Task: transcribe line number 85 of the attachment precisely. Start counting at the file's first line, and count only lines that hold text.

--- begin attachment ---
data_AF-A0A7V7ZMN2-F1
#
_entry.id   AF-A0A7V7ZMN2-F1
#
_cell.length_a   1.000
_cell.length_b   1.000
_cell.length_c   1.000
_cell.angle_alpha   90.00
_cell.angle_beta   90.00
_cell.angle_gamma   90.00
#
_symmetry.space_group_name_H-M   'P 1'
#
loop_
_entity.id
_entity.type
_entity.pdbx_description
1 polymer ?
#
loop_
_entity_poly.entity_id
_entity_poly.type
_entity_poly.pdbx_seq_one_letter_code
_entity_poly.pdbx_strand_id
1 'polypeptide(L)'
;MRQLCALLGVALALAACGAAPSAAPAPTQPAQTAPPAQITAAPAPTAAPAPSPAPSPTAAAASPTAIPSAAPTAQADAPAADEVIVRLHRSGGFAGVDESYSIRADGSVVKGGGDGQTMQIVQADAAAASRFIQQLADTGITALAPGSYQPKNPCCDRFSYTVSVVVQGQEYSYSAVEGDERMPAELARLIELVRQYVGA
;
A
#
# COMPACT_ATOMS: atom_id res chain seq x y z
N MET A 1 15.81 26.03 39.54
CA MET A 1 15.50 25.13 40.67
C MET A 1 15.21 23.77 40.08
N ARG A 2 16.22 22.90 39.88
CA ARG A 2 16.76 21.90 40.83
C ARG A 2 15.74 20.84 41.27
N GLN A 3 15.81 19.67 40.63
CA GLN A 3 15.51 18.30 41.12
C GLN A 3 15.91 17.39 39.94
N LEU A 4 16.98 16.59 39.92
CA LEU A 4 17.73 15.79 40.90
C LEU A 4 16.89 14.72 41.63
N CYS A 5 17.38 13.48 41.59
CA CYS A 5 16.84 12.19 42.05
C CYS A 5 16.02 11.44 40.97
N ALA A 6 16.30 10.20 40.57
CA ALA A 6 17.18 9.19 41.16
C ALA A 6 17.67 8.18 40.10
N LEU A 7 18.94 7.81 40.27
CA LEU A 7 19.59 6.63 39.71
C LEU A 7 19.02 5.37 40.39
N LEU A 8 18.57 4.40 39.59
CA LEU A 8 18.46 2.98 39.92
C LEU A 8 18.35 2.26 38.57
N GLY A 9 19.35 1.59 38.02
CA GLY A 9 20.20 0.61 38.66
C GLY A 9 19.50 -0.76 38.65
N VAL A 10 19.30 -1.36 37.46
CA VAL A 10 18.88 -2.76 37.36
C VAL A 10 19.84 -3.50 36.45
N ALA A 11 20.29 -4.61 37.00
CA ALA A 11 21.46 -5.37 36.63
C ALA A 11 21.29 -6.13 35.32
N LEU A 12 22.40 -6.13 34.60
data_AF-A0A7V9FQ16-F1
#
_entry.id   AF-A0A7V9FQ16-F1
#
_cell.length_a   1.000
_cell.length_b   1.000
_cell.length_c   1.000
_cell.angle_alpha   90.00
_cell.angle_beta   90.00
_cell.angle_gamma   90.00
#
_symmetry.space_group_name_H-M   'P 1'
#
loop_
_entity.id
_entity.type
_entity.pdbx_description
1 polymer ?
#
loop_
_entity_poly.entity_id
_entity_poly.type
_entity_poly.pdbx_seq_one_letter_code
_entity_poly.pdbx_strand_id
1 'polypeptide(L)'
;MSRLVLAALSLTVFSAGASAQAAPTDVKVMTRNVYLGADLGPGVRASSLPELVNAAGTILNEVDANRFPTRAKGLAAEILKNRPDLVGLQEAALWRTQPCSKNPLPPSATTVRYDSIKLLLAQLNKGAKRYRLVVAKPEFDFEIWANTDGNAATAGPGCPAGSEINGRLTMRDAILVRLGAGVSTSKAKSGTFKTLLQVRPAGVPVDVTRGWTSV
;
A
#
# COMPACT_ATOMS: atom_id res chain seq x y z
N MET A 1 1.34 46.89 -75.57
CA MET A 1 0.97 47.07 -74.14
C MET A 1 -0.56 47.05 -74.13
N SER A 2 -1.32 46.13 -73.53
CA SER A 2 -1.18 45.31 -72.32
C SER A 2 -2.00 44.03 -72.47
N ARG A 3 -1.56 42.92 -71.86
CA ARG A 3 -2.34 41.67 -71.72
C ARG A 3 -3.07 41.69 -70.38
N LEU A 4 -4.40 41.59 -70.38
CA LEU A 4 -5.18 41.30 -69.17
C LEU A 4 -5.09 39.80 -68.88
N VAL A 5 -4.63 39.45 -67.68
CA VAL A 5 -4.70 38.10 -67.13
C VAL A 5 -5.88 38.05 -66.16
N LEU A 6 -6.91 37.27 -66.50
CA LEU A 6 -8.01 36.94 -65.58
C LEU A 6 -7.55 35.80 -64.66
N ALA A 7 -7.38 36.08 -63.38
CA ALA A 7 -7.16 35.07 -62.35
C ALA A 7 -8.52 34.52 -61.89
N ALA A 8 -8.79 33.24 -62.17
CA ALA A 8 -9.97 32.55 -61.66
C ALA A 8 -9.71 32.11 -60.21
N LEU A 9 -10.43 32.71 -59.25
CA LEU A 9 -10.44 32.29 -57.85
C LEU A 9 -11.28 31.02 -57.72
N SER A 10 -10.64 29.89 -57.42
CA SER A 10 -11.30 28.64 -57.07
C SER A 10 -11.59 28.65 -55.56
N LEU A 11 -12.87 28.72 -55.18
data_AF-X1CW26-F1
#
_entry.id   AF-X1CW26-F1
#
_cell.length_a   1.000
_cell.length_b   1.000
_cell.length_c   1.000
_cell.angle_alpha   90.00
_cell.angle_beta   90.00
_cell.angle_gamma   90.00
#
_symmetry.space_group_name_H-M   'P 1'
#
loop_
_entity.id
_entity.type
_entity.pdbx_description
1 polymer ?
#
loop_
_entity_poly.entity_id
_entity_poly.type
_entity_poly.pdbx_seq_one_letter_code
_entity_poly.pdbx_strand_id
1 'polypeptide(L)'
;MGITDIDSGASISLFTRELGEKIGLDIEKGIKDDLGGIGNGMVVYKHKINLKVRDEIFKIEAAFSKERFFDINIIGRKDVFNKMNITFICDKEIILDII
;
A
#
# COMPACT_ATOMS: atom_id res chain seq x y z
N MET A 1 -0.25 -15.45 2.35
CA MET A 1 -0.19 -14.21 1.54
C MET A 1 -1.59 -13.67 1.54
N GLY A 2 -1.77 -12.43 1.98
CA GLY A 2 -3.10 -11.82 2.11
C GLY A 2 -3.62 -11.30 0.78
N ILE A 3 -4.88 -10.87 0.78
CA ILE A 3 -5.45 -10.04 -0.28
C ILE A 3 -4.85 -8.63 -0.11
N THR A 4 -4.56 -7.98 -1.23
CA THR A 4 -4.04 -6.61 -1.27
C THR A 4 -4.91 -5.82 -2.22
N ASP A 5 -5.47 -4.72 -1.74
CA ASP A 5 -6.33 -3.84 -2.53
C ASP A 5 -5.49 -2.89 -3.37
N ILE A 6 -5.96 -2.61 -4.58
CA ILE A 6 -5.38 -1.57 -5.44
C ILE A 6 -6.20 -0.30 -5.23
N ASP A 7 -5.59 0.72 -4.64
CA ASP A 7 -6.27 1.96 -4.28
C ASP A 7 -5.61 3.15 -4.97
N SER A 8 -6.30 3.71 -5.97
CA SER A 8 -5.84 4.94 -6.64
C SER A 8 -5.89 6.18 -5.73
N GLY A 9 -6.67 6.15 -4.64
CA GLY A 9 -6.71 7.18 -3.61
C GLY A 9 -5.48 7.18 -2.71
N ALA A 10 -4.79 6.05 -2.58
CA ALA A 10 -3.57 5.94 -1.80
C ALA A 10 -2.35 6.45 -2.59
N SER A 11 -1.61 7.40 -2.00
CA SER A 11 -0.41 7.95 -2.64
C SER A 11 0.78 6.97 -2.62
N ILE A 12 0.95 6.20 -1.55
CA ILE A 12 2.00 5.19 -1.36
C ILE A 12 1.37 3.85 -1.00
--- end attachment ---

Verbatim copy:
_entity_poly.entity_id